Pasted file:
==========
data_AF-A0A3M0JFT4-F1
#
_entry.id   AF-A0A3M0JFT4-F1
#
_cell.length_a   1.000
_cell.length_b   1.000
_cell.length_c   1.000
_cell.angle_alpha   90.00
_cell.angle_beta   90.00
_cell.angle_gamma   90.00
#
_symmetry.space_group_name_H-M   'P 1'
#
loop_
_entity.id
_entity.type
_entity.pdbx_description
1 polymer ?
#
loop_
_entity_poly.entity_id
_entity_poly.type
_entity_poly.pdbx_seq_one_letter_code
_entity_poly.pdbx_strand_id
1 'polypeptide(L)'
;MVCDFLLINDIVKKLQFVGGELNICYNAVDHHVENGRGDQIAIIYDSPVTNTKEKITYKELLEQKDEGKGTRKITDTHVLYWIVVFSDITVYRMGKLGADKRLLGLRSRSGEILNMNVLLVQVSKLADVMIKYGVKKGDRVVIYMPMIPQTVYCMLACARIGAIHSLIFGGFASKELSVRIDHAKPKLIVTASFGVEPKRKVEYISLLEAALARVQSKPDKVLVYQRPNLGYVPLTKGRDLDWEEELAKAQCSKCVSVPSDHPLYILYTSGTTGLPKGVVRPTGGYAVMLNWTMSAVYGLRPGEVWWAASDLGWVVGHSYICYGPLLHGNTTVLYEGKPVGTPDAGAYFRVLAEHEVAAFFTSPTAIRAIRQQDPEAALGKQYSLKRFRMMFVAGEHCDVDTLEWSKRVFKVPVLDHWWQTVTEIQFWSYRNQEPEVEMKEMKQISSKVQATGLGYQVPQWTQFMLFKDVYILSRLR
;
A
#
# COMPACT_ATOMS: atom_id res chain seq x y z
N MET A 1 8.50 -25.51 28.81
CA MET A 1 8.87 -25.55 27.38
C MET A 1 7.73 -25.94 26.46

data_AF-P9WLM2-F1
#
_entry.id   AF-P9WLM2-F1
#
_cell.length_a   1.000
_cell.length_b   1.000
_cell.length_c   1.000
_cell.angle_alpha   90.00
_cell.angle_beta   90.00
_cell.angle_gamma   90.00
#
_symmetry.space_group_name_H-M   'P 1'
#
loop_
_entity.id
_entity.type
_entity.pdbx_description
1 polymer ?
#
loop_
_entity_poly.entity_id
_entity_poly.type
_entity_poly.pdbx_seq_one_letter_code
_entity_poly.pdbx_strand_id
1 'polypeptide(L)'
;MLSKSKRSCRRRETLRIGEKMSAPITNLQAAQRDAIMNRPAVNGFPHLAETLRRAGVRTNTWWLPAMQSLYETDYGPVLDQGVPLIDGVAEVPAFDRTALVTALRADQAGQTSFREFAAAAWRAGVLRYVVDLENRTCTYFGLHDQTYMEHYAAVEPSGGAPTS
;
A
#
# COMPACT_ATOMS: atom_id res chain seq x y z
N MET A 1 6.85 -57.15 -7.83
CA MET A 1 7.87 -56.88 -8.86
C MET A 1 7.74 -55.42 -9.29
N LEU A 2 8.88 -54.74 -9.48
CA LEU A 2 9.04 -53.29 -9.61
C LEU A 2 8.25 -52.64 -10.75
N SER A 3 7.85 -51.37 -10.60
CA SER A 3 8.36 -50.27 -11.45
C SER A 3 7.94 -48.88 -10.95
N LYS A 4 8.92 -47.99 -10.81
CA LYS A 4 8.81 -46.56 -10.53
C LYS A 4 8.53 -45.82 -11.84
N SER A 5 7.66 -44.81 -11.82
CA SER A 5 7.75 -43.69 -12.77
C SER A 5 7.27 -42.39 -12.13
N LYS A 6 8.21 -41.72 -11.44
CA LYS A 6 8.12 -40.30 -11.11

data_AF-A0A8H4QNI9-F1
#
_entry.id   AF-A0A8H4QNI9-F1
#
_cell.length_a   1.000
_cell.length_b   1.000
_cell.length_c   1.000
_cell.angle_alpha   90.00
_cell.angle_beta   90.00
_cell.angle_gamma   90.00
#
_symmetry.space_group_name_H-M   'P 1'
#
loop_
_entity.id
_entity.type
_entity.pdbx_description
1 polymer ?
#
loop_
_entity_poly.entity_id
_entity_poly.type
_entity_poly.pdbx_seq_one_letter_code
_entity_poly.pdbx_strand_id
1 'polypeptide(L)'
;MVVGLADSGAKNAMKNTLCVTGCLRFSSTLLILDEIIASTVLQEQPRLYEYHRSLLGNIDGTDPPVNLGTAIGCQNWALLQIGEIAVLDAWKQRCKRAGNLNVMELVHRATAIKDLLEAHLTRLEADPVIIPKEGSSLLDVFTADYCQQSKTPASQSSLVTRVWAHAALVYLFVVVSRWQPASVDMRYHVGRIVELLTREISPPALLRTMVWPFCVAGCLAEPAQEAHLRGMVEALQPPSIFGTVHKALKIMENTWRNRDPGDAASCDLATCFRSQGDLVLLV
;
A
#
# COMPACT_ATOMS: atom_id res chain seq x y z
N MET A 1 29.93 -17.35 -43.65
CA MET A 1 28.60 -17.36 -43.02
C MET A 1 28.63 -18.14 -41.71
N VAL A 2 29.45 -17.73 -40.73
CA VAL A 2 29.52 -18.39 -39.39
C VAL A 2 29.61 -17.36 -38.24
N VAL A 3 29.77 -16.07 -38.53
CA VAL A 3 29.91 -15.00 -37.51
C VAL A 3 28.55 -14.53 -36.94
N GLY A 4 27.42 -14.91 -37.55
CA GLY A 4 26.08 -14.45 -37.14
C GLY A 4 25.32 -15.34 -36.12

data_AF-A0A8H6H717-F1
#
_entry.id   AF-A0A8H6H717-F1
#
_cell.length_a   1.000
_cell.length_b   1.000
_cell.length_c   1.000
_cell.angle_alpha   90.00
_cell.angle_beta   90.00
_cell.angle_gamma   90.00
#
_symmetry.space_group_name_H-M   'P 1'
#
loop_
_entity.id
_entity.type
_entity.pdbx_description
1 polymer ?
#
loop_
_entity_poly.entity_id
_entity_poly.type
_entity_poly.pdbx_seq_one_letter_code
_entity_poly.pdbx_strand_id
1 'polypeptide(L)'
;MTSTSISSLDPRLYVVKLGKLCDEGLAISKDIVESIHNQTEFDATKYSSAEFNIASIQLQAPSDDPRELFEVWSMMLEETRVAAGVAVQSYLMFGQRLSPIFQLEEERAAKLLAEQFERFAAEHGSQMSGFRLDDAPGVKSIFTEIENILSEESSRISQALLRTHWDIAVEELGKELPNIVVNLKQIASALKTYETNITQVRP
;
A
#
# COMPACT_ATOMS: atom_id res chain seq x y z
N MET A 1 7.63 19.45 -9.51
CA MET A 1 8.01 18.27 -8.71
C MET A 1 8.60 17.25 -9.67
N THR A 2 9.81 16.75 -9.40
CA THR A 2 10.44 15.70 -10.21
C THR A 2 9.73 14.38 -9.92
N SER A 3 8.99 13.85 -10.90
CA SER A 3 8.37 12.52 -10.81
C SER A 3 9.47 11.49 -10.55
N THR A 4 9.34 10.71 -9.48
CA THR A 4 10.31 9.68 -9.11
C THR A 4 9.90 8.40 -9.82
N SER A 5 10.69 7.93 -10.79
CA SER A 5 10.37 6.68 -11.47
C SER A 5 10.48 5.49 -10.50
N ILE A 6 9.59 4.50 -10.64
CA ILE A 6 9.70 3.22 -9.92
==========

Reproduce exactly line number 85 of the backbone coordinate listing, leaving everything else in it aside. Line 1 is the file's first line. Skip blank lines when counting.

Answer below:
_cell.length_a   1.000